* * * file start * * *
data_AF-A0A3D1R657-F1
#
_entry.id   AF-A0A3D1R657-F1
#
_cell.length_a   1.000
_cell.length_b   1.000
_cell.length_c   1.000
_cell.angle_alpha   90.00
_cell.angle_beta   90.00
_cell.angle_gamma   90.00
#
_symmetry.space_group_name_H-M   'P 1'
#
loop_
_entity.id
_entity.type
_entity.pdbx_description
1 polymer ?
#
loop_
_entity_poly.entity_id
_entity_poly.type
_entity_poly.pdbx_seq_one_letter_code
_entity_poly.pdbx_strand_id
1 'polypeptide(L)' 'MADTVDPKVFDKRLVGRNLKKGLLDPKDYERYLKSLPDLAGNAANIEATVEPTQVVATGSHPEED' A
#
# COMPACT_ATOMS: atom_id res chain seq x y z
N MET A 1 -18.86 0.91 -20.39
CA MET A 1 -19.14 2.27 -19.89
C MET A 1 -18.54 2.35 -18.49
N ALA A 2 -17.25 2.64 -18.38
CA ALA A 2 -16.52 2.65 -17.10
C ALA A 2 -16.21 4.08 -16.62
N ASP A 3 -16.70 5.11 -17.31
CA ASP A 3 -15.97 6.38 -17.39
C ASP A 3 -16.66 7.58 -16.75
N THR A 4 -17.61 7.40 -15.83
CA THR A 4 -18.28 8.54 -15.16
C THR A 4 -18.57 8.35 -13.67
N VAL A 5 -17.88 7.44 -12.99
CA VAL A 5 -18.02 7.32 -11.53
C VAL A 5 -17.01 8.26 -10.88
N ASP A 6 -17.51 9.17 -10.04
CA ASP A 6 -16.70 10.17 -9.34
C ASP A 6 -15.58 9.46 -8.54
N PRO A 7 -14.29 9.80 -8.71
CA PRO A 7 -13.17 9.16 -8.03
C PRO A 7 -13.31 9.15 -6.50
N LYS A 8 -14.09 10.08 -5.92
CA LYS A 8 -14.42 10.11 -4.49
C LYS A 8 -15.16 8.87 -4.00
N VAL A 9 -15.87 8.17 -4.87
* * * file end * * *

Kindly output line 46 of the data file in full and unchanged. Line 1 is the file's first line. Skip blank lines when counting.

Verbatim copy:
N PRO A 7 -14.29 9.80 -8.71